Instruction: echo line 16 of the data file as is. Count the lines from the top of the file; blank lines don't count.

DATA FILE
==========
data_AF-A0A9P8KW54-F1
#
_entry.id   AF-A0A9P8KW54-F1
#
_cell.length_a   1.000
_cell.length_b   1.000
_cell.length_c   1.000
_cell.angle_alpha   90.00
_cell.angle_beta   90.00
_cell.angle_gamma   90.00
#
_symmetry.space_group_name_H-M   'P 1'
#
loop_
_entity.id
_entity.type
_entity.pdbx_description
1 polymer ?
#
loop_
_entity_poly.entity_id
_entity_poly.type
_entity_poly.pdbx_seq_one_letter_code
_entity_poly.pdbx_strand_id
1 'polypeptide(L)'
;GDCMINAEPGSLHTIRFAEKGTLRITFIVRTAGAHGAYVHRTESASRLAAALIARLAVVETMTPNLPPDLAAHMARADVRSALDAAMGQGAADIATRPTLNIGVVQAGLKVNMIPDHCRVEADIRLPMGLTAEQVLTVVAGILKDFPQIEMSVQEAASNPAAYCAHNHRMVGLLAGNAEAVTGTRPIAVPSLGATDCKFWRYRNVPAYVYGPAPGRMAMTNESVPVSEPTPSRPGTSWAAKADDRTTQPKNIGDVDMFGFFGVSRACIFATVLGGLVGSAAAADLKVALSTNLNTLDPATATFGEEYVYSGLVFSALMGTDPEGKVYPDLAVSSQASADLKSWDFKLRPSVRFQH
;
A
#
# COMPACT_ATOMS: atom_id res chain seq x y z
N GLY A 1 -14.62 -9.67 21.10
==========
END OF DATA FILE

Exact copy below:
_entity.type